Techniques of obtaining evidence
ISA 500 mentions them as:
(a) Inspection of records or documents, (b) Inspection of tangible assets, (c) Observation, (d) Inquiry, (e) Confirmation, (f) Recalculation, (g) Re-performance and (h) Analytical procedures. These can be further analyzed as follows:
(a) The physical examination: of tangible assets and counting them;(b) Confirmation: These should be in writing, external sources being preferable to internal sources;(c) Examination of original documents: Vouching should be carried out that is comparing original documents with entries in the books;(d) Re-computation: This involves carrying out additions, calculations, extracting balances, rechecking postings and summaries.(e) Scanning: This is useful in seeking the unusual or extra-ordinary item. It involves just flipping through the records and documents looking out for the odd items.(f) Inquiry: This is asking questions of knowledgeable persons within and outside the entity. It is a necessary and valid technique. Auditors however, prefer confirmation to oral answers.(g) Correlation: This is seeking consistency in the records and in the accounts and using evidence obtained in other areas to provide additional assurance in other areas.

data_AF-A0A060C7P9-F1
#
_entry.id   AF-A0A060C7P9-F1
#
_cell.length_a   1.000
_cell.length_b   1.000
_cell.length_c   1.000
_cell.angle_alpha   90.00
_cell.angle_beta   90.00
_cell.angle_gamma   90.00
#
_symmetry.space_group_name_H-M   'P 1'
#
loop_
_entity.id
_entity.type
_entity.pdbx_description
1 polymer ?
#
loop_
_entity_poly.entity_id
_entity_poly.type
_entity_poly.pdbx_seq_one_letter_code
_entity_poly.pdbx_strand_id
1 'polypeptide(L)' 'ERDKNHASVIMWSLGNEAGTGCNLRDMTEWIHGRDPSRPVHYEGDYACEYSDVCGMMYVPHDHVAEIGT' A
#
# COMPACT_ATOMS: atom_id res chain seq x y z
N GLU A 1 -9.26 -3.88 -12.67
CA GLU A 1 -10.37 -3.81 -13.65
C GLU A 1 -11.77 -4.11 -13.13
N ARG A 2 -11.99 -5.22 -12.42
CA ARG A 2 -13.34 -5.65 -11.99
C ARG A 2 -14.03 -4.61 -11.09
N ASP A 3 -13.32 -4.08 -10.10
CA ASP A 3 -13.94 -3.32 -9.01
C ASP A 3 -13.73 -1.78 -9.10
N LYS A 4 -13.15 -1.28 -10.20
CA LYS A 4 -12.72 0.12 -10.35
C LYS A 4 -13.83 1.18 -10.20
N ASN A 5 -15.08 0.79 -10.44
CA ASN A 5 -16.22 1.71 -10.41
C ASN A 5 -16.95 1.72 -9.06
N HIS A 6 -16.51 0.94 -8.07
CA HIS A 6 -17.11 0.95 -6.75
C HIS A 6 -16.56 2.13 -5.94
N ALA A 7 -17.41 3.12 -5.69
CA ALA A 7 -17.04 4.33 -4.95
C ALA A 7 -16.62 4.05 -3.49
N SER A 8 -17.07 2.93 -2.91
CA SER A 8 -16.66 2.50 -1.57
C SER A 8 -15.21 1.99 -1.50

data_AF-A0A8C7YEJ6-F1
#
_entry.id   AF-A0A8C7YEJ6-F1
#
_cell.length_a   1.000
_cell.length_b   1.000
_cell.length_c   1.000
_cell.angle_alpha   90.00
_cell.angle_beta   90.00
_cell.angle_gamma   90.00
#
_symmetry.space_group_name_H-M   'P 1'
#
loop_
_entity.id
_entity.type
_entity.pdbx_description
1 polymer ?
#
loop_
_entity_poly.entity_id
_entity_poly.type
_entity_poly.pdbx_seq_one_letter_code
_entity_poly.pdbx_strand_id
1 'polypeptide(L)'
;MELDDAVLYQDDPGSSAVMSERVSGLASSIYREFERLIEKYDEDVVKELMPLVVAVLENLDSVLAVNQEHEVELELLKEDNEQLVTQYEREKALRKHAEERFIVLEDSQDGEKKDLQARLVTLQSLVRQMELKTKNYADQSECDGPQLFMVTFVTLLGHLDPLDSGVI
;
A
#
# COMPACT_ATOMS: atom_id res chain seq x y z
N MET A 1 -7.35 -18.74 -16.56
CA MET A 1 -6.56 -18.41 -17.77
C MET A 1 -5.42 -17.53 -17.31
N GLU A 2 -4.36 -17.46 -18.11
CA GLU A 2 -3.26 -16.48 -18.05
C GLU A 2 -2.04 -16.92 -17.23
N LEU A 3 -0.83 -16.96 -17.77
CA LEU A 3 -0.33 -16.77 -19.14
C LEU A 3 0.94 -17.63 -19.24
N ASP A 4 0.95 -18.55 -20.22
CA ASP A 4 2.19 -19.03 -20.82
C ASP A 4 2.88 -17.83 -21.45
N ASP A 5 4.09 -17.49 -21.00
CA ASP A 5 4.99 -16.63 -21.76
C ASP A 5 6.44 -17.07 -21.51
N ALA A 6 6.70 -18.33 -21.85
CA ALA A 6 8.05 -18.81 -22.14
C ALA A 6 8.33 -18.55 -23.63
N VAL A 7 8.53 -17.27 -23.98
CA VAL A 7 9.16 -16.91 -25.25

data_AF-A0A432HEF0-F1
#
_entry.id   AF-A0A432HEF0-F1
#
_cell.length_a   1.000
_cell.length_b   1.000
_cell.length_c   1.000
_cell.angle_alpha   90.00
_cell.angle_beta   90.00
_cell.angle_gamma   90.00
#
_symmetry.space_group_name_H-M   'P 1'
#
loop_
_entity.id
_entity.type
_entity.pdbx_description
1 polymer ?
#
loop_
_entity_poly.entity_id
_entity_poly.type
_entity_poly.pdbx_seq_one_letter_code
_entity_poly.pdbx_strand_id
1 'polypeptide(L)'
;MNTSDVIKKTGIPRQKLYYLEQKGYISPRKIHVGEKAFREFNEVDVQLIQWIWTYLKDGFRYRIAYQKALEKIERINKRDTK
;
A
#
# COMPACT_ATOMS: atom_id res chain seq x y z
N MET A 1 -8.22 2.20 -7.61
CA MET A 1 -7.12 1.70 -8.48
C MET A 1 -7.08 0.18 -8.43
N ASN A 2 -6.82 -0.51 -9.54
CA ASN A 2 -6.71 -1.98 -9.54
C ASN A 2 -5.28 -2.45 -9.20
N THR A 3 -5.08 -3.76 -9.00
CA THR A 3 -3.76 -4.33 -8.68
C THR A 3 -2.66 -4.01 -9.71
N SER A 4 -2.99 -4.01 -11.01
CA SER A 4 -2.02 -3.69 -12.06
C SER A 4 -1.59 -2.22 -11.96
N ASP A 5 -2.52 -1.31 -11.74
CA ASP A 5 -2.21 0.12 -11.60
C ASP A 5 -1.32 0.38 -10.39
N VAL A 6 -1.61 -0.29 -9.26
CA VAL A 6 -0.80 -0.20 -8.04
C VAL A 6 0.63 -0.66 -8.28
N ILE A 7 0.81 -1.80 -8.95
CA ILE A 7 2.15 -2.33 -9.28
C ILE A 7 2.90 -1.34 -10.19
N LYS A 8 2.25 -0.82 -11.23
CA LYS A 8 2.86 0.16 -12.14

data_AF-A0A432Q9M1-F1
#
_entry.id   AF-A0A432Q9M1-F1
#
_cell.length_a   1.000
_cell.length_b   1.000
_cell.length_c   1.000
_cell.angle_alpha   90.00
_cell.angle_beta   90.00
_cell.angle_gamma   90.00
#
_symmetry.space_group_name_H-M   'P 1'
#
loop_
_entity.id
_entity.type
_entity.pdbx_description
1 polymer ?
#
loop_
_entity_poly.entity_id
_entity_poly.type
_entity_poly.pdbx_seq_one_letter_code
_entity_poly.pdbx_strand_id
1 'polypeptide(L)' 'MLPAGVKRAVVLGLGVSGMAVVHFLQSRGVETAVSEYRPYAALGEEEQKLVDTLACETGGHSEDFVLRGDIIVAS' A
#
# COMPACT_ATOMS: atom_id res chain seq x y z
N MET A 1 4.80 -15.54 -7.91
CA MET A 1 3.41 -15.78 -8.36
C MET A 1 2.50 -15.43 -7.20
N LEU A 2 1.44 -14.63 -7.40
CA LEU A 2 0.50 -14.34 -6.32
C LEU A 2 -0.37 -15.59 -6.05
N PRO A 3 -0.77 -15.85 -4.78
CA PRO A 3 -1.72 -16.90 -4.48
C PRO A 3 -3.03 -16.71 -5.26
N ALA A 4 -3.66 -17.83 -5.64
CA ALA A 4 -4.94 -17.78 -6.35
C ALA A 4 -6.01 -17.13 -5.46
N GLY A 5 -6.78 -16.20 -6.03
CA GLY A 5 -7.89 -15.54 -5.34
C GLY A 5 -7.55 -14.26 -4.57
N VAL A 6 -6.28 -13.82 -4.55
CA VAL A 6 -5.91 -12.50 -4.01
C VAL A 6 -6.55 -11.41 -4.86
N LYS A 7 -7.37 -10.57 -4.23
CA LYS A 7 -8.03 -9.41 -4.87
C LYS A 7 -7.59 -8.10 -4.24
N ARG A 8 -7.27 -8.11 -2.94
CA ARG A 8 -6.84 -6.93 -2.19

(h) Observation: Visual evidence is more satisfactory therefore, observing a procedure being performed is the best possible confirmation. However, observation has the drawback that you can only rely on it at the time you are observing. You can never be sure that the procedure is carried out that way all the time.